In homes, the upholstery for chairs and couches can be polyester. Even lampshades, curtains, bedsheets, pillow covers, bedspreads, table runners, mats, and rugs can have polyester in their fabric or lining. 

Is Polyester Synthetic?

polyester yarn

Yes, polyester is a synthetic fabric as it comes from crude oil. It’s not like cotton or pure silk that’s natural. That said, some polyester may be considered natural as it comes from cutin, a component of plant cuticles. 

Can Polyester Be Ironed?

ironing garment

Polyester can be ironed, but it doesn’t have a high tolerance for heat like cotton or linen. Therefore, you must iron at lower temperatures. 

Most irons these days mention the fabrics and their corresponding temperature range. Also, the garment may have instructions for ironing, often expressed as a symbol or temperature range. In case your iron doesn’t have such labeling, it’s best to keep the iron heat in the middle range and test a small area before proceeding.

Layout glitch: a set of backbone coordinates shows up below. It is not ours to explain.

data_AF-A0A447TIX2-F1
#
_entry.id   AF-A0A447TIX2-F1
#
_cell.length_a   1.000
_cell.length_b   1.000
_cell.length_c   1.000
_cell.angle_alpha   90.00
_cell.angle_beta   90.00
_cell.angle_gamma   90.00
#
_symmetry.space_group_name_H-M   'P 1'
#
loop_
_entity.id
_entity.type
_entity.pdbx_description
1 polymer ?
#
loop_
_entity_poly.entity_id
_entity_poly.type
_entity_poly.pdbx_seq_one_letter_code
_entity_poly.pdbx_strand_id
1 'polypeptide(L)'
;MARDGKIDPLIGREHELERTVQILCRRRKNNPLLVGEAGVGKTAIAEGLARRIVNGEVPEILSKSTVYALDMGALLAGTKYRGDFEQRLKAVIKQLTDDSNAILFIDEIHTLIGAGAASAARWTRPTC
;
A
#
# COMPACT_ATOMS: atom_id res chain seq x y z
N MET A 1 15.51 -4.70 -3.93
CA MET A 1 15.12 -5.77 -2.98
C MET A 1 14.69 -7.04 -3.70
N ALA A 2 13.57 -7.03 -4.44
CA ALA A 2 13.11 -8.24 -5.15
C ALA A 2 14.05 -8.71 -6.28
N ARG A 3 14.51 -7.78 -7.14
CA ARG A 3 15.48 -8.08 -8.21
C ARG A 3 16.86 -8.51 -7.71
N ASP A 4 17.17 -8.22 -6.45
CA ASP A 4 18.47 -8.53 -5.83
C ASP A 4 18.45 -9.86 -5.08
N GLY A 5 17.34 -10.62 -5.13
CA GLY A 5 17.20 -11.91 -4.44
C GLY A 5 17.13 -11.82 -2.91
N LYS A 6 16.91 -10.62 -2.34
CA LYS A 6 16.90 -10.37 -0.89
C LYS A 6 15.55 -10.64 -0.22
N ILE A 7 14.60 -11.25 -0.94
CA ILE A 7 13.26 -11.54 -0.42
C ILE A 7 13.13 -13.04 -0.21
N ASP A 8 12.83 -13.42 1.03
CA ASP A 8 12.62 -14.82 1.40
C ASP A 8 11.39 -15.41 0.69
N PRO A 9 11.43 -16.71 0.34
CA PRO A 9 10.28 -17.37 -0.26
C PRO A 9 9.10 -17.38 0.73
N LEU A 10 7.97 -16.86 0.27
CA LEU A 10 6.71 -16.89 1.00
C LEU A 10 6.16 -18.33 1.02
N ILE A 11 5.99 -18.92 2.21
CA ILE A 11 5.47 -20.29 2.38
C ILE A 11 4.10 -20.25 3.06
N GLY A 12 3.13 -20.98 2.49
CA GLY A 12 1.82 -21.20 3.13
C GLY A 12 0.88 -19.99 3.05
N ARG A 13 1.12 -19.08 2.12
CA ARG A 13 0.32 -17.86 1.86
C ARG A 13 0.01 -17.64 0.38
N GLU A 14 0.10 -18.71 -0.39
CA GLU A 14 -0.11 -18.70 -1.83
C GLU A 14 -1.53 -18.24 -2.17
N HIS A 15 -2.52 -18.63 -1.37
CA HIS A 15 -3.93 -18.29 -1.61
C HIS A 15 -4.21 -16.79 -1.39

One of the qualities of polyester is that it irons very easily at the right temperature. 

Can Polyester Be Bleached?

bleach products lemon

Bleach is often too harsh for polyester fibers. It can fade the color or even damage the integrity of the fibers, making the garment less long-lasting after excessive use of bleaching. It’s best to avoid bleaching altogether. 

However, there are some soft bleach products created specifically for polyester fabric. Those may be used but only occasionally. These are usually oxygen bleach agents. 

Can Polyester Be Tie Died?

tie-dye shirt

Polyester can be tie-died, but depending on the composition and quality, it may not absorb the colors very well. Even 100 percent polyester fabric has low color absorbency for tie-dye in comparison with organic fabrics like cotton. 

For tie-dying polyester, make sure to use boiling water and strong, high-quality dyes. This will help improve the absorbency of dyes. 

Is Polyester Vegan?

Polyester is technically vegan as its main components are not animal-based. It largely comes from crude oil, which is a synthetic material.